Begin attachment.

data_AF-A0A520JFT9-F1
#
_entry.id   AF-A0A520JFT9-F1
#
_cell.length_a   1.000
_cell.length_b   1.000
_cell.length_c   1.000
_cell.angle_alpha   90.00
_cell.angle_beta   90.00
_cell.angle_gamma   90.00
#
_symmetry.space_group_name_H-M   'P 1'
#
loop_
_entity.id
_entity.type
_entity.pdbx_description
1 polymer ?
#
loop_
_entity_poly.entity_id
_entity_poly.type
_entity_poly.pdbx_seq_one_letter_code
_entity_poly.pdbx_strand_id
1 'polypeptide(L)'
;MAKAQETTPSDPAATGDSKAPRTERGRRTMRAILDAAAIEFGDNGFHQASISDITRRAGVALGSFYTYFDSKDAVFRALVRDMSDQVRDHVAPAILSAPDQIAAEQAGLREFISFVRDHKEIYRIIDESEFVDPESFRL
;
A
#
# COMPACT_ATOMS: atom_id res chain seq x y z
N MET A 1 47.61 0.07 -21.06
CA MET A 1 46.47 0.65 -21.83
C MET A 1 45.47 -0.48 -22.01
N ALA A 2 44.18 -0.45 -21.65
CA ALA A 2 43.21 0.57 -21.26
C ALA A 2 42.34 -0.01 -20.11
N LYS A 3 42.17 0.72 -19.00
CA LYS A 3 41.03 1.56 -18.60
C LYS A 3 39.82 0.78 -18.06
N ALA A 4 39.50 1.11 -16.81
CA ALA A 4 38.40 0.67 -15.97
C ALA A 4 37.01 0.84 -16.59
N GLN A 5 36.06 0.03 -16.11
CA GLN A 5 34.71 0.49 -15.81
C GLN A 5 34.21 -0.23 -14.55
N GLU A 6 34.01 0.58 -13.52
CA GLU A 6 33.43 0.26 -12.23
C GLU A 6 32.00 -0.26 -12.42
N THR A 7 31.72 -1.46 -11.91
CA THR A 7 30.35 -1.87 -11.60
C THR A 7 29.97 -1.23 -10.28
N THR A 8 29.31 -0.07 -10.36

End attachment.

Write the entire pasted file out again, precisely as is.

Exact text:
data_AF-A0A520JFT9-F1
#
_entry.id   AF-A0A520JFT9-F1
#
_cell.length_a   1.000
_cell.length_b   1.000
_cell.length_c   1.000
_cell.angle_alpha   90.00
_cell.angle_beta   90.00
_cell.angle_gamma   90.00
#
_symmetry.space_group_name_H-M   'P 1'
#
loop_
_entity.id
_entity.type
_entity.pdbx_description
1 polymer ?
#
loop_
_entity_poly.entity_id
_entity_poly.type
_entity_poly.pdbx_seq_one_letter_code
_entity_poly.pdbx_strand_id
1 'polypeptide(L)'
;MAKAQETTPSDPAATGDSKAPRTERGRRTMRAILDAAAIEFGDNGFHQASISDITRRAGVALGSFYTYFDSKDAVFRALVRDMSDQVRDHVAPAILSAPDQIAAEQAGLREFISFVRDHKEIYRIIDESEFVDPESFRL
;
A
#
# COMPACT_ATOMS: atom_id res chain seq x y z
N MET A 1 47.61 0.07 -21.06
CA MET A 1 46.47 0.65 -21.83
C MET A 1 45.47 -0.48 -22.01
N ALA A 2 44.18 -0.45 -21.65
CA ALA A 2 43.21 0.57 -21.26
C ALA A 2 42.34 -0.01 -20.11
N LYS A 3 42.17 0.72 -19.00
CA LYS A 3 41.03 1.56 -18.60
C LYS A 3 39.82 0.78 -18.06
N ALA A 4 39.50 1.11 -16.81
CA ALA A 4 38.40 0.67 -15.97
C ALA A 4 37.01 0.84 -16.59
N GLN A 5 36.06 0.03 -16.11
CA GLN A 5 34.71 0.49 -15.81
C GLN A 5 34.21 -0.23 -14.55
N GLU A 6 34.01 0.58 -13.52
CA GLU A 6 33.43 0.26 -12.23
C GLU A 6 32.00 -0.26 -12.42
N THR A 7 31.72 -1.46 -11.91
CA THR A 7 30.35 -1.87 -11.60
C THR A 7 29.97 -1.23 -10.28
N THR A 8 29.31 -0.07 -10.36